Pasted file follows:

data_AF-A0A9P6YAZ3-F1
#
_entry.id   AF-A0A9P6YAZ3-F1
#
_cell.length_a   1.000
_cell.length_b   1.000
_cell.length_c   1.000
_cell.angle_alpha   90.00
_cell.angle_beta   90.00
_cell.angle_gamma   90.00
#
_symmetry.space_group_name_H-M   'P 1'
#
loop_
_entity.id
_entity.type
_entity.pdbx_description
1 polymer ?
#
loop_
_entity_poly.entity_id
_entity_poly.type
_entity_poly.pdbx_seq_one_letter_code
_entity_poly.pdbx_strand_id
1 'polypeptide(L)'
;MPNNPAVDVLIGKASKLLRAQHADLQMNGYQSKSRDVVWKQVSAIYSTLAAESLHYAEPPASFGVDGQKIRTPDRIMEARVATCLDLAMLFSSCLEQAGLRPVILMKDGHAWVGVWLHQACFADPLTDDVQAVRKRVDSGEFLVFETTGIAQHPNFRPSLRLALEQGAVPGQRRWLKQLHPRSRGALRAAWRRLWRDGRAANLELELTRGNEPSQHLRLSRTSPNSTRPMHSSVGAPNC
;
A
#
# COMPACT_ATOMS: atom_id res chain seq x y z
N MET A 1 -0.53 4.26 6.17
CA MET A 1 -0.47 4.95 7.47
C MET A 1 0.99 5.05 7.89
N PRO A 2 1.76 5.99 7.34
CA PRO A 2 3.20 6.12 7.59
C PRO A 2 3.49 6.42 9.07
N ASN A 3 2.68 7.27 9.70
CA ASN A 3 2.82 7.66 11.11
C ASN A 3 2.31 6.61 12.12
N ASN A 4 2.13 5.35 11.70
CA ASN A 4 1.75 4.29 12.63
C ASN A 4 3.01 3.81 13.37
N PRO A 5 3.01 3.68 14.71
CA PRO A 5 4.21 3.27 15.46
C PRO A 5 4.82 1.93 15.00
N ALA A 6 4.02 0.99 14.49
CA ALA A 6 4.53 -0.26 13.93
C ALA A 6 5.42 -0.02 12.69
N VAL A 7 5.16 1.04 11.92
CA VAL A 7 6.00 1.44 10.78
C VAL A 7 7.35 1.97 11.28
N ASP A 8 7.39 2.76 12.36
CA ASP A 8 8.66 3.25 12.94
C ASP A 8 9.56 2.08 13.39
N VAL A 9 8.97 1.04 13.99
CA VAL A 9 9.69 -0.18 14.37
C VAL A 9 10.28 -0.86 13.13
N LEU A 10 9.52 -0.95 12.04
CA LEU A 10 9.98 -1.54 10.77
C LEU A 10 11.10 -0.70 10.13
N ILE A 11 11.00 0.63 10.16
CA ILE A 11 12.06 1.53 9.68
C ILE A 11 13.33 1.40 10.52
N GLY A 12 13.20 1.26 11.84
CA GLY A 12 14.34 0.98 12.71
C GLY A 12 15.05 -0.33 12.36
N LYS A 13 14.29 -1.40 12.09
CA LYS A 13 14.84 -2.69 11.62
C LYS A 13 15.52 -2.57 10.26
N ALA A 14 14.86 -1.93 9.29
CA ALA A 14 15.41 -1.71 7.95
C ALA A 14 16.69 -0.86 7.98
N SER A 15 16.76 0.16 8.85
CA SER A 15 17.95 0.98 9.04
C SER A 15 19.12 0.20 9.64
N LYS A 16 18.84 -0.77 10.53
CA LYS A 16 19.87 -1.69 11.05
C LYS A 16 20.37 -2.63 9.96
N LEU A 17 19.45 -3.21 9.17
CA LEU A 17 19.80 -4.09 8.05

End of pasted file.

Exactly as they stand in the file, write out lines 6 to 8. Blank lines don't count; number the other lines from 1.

_cell.length_b   1.000
_cell.length_c   1.000
_cell.angle_alpha   90.00